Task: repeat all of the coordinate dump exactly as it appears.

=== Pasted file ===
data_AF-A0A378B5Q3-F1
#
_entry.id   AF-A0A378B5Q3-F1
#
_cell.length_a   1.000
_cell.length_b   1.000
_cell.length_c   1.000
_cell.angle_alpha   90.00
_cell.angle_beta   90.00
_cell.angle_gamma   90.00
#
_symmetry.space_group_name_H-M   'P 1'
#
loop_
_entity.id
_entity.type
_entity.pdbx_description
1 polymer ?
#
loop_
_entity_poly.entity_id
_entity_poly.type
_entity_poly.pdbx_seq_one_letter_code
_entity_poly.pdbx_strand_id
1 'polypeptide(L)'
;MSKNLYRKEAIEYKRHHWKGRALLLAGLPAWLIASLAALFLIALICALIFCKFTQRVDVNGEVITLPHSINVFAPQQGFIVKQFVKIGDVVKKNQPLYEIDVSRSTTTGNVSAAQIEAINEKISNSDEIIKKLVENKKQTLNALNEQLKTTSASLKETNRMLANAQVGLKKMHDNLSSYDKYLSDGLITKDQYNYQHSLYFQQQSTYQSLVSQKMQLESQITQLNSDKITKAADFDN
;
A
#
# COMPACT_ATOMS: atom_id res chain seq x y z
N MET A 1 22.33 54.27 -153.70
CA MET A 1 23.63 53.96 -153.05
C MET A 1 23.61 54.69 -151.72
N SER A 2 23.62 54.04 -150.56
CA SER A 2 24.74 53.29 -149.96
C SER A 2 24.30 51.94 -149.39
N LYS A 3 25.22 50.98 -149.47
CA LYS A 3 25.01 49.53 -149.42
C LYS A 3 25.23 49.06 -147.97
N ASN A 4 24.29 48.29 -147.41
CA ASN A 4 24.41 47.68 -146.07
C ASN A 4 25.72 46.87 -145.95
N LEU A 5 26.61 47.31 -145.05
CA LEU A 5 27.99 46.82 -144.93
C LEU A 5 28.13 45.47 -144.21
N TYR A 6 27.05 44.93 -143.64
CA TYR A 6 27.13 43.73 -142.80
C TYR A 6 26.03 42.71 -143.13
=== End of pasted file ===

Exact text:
data_AF-A0A378B5Q3-F1
#
_entry.id   AF-A0A378B5Q3-F1
#
_cell.length_a   1.000
_cell.length_b   1.000
_cell.length_c   1.000
_cell.angle_alpha   90.00
_cell.angle_beta   90.00
_cell.angle_gamma   90.00
#
_symmetry.space_group_name_H-M   'P 1'
#
loop_
_entity.id
_entity.type
_entity.pdbx_description
1 polymer ?
#
loop_
_entity_poly.entity_id
_entity_poly.type
_entity_poly.pdbx_seq_one_letter_code
_entity_poly.pdbx_strand_id
1 'polypeptide(L)'
;MSKNLYRKEAIEYKRHHWKGRALLLAGLPAWLIASLAALFLIALICALIFCKFTQRVDVNGEVITLPHSINVFAPQQGFIVKQFVKIGDVVKKNQPLYEIDVSRSTTTGNVSAAQIEAINEKISNSDEIIKKLVENKKQTLNALNEQLKTTSASLKETNRMLANAQVGLKKMHDNLSSYDKYLSDGLITKDQYNYQHSLYFQQQSTYQSLVSQKMQLESQITQLNSDKITKAADFDN
;
A
#
# COMPACT_ATOMS: atom_id res chain seq x y z
N MET A 1 22.33 54.27 -153.70
CA MET A 1 23.63 53.96 -153.05
C MET A 1 23.61 54.69 -151.72
N SER A 2 23.62 54.04 -150.56
CA SER A 2 24.74 53.29 -149.96
C SER A 2 24.30 51.94 -149.39
N LYS A 3 25.22 50.98 -149.47
CA LYS A 3 25.01 49.53 -149.42
C LYS A 3 25.23 49.06 -147.97
N ASN A 4 24.29 48.29 -147.41
CA ASN A 4 24.41 47.68 -146.07
C ASN A 4 25.72 46.87 -145.95
N LEU A 5 26.61 47.31 -145.05
CA LEU A 5 27.99 46.82 -144.93
C LEU A 5 28.13 45.47 -144.21
N TYR A 6 27.05 44.93 -143.64
CA TYR A 6 27.13 43.73 -142.80
C TYR A 6 26.03 42.71 -143.13